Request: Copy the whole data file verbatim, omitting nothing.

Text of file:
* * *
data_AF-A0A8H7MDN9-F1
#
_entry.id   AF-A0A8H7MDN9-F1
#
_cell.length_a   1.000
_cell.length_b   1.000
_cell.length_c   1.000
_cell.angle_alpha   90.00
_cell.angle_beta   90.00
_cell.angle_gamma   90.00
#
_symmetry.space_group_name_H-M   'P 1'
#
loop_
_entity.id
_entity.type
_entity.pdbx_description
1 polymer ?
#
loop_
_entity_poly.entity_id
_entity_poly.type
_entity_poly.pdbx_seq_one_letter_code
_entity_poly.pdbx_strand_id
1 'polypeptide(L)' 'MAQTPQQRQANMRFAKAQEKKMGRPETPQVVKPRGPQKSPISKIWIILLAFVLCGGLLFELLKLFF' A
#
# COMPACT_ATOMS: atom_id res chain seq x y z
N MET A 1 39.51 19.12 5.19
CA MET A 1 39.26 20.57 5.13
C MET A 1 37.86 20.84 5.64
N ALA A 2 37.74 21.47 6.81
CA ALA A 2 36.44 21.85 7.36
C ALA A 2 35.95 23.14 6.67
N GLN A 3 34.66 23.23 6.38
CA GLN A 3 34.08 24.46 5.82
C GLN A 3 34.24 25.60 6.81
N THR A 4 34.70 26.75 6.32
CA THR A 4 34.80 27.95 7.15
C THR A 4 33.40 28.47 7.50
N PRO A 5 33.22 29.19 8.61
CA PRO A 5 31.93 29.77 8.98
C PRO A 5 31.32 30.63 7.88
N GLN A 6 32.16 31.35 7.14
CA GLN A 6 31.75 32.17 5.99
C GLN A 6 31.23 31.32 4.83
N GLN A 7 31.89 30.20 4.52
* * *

data_AF-A0A8H7MDN9-F1
#
_entry.id   AF-A0A8H7MDN9-F1
#
_cell.length_a   1.000
_cell.length_b   1.000
_cell.length_c   1.000
_cell.angle_alpha   90.00
_cell.angle_beta   90.00
_cell.angle_gamma   90.00
#
_symmetry.space_group_name_H-M   'P 1'
#
loop_
_entity.id
_entity.type
_entity.pdbx_description
1 polymer ?
#
loop_
_entity_poly.entity_id
_entity_poly.type
_entity_poly.pdbx_seq_one_letter_code
_entity_poly.pdbx_strand_id
1 'polypeptide(L)' 'MAQTPQQRQANMRFAKAQEKKMGRPETPQVVKPRGPQKSPISKIWIILLAFVLCGGLLFELLKLFF' A
#
# COMPACT_ATOMS: atom_id res chain seq x y z
N MET A 1 39.51 19.12 5.19
CA MET A 1 39.26 20.57 5.13
C MET A 1 37.86 20.84 5.64
N ALA A 2 37.74 21.47 6.81
CA ALA A 2 36.44 21.85 7.36
C ALA A 2 35.95 23.14 6.67
N GLN A 3 34.66 23.23 6.38
CA GLN A 3 34.08 24.46 5.82
C GLN A 3 34.24 25.60 6.81
N THR A 4 34.70 26.75 6.32
CA THR A 4 34.80 27.95 7.15
C THR A 4 33.40 28.47 7.50
N PRO A 5 33.22 29.19 8.61
CA PRO A 5 31.93 29.77 8.98
C PRO A 5 31.32 30.63 7.88
N GLN A 6 32.16 31.35 7.14
CA GLN A 6 31.75 32.17 5.99
C GLN A 6 31.23 31.32 4.83
N GLN A 7 31.89 30.20 4.52